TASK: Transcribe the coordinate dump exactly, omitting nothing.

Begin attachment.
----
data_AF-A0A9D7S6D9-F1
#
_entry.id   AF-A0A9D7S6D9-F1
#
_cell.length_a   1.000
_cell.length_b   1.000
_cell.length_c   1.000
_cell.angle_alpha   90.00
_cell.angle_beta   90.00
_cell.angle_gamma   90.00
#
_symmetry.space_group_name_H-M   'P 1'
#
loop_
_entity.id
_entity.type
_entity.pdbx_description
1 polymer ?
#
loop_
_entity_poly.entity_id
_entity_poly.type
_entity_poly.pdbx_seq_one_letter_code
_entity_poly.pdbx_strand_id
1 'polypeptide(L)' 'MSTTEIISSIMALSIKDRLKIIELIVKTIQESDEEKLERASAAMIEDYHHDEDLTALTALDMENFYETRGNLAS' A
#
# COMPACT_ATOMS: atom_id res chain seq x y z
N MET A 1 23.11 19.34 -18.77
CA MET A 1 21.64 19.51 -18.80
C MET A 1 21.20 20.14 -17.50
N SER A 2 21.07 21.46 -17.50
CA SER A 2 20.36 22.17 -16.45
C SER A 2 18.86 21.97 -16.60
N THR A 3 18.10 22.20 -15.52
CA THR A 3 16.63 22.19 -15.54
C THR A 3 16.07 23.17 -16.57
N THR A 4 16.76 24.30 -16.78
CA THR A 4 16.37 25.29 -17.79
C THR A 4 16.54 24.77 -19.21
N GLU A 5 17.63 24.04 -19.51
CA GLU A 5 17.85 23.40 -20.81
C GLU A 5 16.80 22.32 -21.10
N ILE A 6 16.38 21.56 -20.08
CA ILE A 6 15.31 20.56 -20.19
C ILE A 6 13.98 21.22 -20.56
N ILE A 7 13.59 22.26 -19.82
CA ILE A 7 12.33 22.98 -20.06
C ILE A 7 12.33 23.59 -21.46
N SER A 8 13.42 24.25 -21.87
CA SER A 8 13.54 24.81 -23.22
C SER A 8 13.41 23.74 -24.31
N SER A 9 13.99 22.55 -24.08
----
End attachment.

data_AF-A0A9D7S6D9-F1
#
_entry.id   AF-A0A9D7S6D9-F1
#
_cell.length_a   1.000
_cell.length_b   1.000
_cell.length_c   1.000
_cell.angle_alpha   90.00
_cell.angle_beta   90.00
_cell.angle_gamma   90.00
#
_symmetry.space_group_name_H-M   'P 1'
#
loop_
_entity.id
_entity.type
_entity.pdbx_description
1 polymer ?
#
loop_
_entity_poly.entity_id
_entity_poly.type
_entity_poly.pdbx_seq_one_letter_code
_entity_poly.pdbx_strand_id
1 'polypeptide(L)' 'MSTTEIISSIMALSIKDRLKIIELIVKTIQESDEEKLERASAAMIEDYHHDEDLTALTALDMENFYETRGNLAS' A
#
# COMPACT_ATOMS: atom_id res chain seq x y z
N MET A 1 23.11 19.34 -18.77
CA MET A 1 21.64 19.51 -18.80
C MET A 1 21.20 20.14 -17.50
N SER A 2 21.07 21.46 -17.50
CA SER A 2 20.36 22.17 -16.45
C SER A 2 18.86 21.97 -16.60
N THR A 3 18.10 22.20 -15.52
CA THR A 3 16.63 22.19 -15.54
C THR A 3 16.07 23.17 -16.57
N THR A 4 16.76 24.30 -16.78
CA THR A 4 16.37 25.29 -17.79
C THR A 4 16.54 24.77 -19.21
N GLU A 5 17.63 24.04 -19.51
CA GLU A 5 17.85 23.40 -20.81
C GLU A 5 16.80 22.32 -21.10
N ILE A 6 16.38 21.56 -20.08
CA ILE A 6 15.31 20.56 -20.19
C ILE A 6 13.98 21.22 -20.56
N ILE A 7 13.59 22.26 -19.82
CA ILE A 7 12.33 22.98 -20.06
C ILE A 7 12.33 23.59 -21.46
N SER A 8 13.42 24.25 -21.87
CA SER A 8 13.54 24.81 -23.22
C SER A 8 13.41 23.74 -24.31
N SER A 9 13.99 22.55 -24.08